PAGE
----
The U.S. statistics are bloated by comparison. Over the same period, Americans suffered “9,146 homicides by firearm,” at a rate of 2.97 for every 100,000 people. Sixty percent of murders in the U.S. are committed with a gun, according to the Guardian, compared to 11.5% in Australia.

    SO gun folks fall in LUV with a reasonable firearm.
    William Sidis … the reference to Western B movies is completely appropriate since it is that “fantasy” good guy bad guy that is conceptually unreal in a REAL murder scene. So, turn off the NRA, turn off MSNBC, turn off Fox, listen to your BRAIN … are assault weapons safe in THIS society? Can you or your family REALLY handle a shooter??? REALLLLY? I doubt it.

  2. R.Hodin says:

    Lets all just face the fact that America has become a nation that worships violence, fraudulently rationalizes its long history of warmongering as moral purity, accepts unenforced or under-enforced gun regulation, resists national and reasonable gun regulation, and its majority Christian population believes they are individually de facto saved from these political and social sins against their neighbors, both local and global, allowing them to continue their irrational and self-destructive behavior. It’s a formula for insanity, the same insanity that infects someone who arms themselves and shoots up a school or workplace.

    Proposing the further militarization of society is a clear sign of this insanity.

    1. AndyTanner says:

      Do you have the same criticism of the problematic legal drugs given to almost all mass shooters? News does not like to report on them because they advertise. What about the violence depicted in Hollywood and Video games? I believe this can trigger mentally unstable folks to violence especially combined with the drugs and lack of traditional family values.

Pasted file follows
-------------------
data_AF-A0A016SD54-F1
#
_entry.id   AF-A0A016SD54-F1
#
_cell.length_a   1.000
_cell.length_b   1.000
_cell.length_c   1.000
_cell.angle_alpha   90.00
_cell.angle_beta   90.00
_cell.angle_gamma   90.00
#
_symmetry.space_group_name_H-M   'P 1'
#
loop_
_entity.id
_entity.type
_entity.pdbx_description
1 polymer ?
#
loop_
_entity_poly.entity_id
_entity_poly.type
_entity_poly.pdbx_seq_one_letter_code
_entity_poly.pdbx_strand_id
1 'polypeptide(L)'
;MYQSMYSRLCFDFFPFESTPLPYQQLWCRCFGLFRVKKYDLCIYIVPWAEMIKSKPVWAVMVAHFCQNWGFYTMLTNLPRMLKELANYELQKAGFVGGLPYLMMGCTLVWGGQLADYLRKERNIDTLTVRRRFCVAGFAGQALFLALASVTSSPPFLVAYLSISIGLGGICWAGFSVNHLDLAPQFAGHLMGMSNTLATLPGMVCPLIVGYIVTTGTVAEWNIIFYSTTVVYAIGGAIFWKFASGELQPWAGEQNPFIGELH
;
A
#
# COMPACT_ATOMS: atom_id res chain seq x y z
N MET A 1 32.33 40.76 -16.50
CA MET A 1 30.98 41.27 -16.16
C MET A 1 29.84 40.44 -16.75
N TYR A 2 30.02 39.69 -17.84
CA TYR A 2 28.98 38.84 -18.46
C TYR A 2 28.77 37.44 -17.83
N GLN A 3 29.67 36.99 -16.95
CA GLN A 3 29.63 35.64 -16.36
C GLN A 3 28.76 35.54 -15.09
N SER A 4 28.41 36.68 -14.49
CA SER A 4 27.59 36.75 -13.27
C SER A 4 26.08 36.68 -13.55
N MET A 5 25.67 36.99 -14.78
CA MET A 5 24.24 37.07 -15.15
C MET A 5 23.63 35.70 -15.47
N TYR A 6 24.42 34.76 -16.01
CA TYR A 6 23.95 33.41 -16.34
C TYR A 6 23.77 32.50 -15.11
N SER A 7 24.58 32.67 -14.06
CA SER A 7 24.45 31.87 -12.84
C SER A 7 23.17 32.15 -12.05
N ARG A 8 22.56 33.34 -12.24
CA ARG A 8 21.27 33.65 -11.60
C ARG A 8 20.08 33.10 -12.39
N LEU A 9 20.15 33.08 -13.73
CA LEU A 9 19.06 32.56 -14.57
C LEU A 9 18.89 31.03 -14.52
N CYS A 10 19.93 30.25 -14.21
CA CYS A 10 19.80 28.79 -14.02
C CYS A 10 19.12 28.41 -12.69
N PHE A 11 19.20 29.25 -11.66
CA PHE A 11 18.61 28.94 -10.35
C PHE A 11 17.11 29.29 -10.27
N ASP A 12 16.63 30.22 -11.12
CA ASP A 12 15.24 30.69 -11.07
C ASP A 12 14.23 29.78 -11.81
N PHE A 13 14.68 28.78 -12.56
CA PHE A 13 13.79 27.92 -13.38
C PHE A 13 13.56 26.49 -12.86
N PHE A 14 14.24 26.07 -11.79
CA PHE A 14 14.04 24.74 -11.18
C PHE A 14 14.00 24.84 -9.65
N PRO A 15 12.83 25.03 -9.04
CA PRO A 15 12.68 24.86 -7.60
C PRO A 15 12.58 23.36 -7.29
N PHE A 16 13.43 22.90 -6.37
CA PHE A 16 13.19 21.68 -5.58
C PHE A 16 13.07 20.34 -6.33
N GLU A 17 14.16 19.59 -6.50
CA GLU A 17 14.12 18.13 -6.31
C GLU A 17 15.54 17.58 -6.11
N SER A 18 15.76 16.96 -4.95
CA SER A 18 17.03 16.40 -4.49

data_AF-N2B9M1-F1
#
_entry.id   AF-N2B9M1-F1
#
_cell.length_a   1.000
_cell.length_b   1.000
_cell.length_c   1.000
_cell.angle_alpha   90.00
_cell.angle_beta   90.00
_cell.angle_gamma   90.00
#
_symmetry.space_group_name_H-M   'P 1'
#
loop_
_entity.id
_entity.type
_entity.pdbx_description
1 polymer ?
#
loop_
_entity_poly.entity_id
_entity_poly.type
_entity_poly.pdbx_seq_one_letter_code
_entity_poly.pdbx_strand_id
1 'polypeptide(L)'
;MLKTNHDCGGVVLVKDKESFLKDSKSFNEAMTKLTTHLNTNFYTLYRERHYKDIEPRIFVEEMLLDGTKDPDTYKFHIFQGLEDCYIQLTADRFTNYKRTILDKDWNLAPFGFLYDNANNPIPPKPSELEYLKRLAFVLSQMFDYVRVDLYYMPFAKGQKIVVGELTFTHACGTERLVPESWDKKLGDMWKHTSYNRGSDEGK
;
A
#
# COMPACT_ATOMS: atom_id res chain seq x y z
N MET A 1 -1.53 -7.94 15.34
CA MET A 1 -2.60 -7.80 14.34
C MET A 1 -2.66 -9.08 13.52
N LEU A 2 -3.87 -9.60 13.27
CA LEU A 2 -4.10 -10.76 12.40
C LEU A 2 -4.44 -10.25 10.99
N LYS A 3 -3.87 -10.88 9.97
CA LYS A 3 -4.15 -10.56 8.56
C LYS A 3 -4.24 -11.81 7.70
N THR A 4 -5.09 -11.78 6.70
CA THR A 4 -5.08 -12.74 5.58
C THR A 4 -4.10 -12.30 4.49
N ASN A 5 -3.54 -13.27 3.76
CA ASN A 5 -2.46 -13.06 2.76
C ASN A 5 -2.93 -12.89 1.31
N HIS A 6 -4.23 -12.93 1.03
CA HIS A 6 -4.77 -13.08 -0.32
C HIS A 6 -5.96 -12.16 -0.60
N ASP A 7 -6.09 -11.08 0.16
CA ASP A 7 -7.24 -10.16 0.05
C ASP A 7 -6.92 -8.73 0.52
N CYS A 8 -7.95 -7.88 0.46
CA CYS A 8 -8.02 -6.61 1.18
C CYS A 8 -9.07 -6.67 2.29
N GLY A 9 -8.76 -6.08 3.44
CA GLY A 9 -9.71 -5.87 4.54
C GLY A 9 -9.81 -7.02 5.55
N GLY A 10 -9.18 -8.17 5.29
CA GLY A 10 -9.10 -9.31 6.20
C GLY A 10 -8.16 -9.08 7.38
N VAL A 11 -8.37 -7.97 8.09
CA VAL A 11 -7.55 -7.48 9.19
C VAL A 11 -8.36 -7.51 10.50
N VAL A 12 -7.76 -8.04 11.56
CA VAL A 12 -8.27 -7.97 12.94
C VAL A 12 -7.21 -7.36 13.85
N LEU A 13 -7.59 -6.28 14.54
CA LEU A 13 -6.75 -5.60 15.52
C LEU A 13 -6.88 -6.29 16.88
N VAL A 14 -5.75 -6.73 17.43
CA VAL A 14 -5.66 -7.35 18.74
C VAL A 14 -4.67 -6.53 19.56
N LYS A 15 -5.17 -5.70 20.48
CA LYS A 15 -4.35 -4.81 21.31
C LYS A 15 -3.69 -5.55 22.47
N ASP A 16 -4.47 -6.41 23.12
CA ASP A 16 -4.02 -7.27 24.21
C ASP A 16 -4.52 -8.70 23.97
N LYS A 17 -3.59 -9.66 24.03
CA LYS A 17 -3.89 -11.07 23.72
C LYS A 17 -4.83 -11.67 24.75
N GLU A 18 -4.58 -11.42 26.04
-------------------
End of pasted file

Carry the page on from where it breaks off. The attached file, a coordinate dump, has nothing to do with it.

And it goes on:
3. William J Sidis says:

    People criticize the suggestion to arm teachers as just turning schools into prisons…B.S.! I guess they would rather have the schools be killing fields!

  4. William J Sidis says:

    For some reason I can’t log on at CCN, so, I will respond to Francesca Bolognini’s comment here.

    First Francesca, number of guns has indeed risen since the 60’s, but so has the population, and the removal of all those things from society that Jody mentioned in her piece.

    Then, you rave about countries that have banned “assault weapons” and how good they have it with health care, education, family leave, etc. Sounds like you want socialism…this country isn’t for you.

    You also don’t seem to understand the role of LE. How about reading the booklet, “Dial 911 and Die”? You will see that the constitution of the US and the state constitutions do not require the police to protect you. They will get there when they can but it is usually in time to draw a chalk line around your body. There simply are not enough LE officers to post in enough places to protect everybody all the time.

    No, YOU are living in the Third World and I am getting tired of people like you trying to drag our country with you.

    I am thankful for ladies like Jody who seem to have it figured out.

  5. mazin says:

    How many school personnel are going to be properly trained? … nooooooobody … so when does the school fight between kids turn into a shooting from a swiped weapon?
    Solution: Pay people to turn in their assault weapons like the did in Australia. Melt them down. The seller can then buy a cool classic legal weapon.

    “The bad guy was the only one with a gun, or it took a good guy with a gun to stop the carnage.” … put down the episode of Gunsmoke … your value system is TV imaginative.

    1. William J Sidis says:

      And the bad guys will be the first in line to turn them in, right?

      Can the references to Gunsmoke and address the facts she presented.

  6. perk o late says:

    A gun in the hands of a well trained, mentally stable person is rarely a threat. On the other hand, in the hands of someone intent on doing harm it is a killing instrument. It is not the gun which decides the purpose for which it will be used.